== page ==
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As part of our charitable efforts, the Rackspace Foundation selects several local STEM education organizations to give back to. Last year (and now in 2014), the San Francisco Office worked closely with Black Girls Code, a nonprofit that introduces technology and computer programming to a new generation of coders from underrepresented backgrounds. The goal of the initiative is to expose young women and pre-teens of color to emerging trends in science and math.
This year, we wanted to say ‘Happy Holidays’ to our customers, but instead of a simple greeting we decided to put some muscle behind the message. We offered $1 for every unique view of our choreographed holiday kookiness, up to $10,000, with the donations split between five of our nonprofit partners:  Communities in Schools, Big Brothers Big Sisters, City Year, Girls Inc. and FIRST Robotics. We sent it to our customers – if you haven’t received it yet, you should soon – and thought it was reasonable to leave this offer on the table until the end of 2012.
STEM (science, technology, engineering and math) education is so near and dear to us not only because the “T” in STEM is what our business is based on, but also because STEM education is fundamental to driving innovation and keeping our nation’s workforce competitive. Through the Rackspace Foundation and the efforts of individual Rackers, we support a host of STEM-focused organizations and programs in our local communities and nationwide. To coincide with today’s kickoff of Computer Science Education Week, we prepared an overview of the current state of STEM education. Despite a bleak outlook just a few years ago, the infographic below reveals advances in scoring and participation in STEM subjects.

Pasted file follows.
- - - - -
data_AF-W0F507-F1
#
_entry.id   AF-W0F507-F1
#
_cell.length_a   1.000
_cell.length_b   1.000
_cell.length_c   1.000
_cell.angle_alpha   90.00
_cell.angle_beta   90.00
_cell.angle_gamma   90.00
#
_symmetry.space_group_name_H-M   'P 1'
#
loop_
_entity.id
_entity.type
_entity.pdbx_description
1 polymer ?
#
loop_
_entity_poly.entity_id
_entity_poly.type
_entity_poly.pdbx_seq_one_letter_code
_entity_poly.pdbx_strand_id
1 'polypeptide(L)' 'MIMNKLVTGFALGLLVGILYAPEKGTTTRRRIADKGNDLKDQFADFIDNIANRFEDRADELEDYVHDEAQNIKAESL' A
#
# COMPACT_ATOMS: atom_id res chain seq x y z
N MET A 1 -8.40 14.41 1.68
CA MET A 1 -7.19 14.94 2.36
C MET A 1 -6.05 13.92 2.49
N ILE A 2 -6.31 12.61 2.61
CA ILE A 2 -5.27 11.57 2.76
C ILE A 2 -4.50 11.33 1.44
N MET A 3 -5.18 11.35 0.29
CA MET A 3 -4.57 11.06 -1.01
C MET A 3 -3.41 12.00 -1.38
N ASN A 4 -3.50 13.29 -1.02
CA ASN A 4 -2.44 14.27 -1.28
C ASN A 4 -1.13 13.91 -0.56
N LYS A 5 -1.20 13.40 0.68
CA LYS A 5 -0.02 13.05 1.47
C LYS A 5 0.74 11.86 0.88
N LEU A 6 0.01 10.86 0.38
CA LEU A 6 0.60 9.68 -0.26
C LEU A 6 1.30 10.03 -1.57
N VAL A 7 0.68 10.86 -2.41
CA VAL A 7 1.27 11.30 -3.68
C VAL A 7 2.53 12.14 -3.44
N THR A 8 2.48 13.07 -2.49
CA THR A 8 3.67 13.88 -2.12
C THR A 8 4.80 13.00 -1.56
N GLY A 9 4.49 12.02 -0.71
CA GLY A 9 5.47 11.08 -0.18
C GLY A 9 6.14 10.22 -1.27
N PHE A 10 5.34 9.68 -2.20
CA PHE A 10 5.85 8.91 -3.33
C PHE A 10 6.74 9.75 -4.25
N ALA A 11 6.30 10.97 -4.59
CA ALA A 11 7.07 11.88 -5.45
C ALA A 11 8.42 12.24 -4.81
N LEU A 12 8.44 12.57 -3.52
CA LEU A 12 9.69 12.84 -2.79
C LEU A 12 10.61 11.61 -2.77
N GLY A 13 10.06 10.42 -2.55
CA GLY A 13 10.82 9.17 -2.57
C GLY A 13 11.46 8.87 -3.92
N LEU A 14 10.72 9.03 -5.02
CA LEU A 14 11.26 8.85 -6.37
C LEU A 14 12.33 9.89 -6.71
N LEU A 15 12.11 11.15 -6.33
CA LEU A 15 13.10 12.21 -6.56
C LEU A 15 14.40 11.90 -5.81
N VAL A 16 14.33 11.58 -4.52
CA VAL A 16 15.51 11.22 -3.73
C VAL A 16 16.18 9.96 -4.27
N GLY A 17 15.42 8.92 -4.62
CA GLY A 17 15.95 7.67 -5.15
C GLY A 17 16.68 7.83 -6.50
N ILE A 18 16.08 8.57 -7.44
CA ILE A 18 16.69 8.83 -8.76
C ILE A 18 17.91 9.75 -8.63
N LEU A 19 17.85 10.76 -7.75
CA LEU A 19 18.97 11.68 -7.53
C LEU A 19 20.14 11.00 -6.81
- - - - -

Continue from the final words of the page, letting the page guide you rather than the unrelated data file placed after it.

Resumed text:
November 15 may just be another Thursday for many folks, but it’s a special day for us here at Rackspace — it’s National Philanthropy Day. While it may seem strange to post about National Philanthropy Day on, it’s actually a really demonstrative way to talk about who we are as a company.
Geoffrey Canada, famous educator, social activist and head of the Harlem Children’s Zone, gave Rackspace an education Tuesday, urging business and community leaders and individuals to get involved in education to preserve one of the country’s greatest resources: children.
This past Sunday the Rackspace Foundation sponsored a chess simul held at Roosevelt High School’s Molly Pruitt Library. During the simul, or simultaneous exhibition, chess master Alex Weinberg played chess with 35 people at once.
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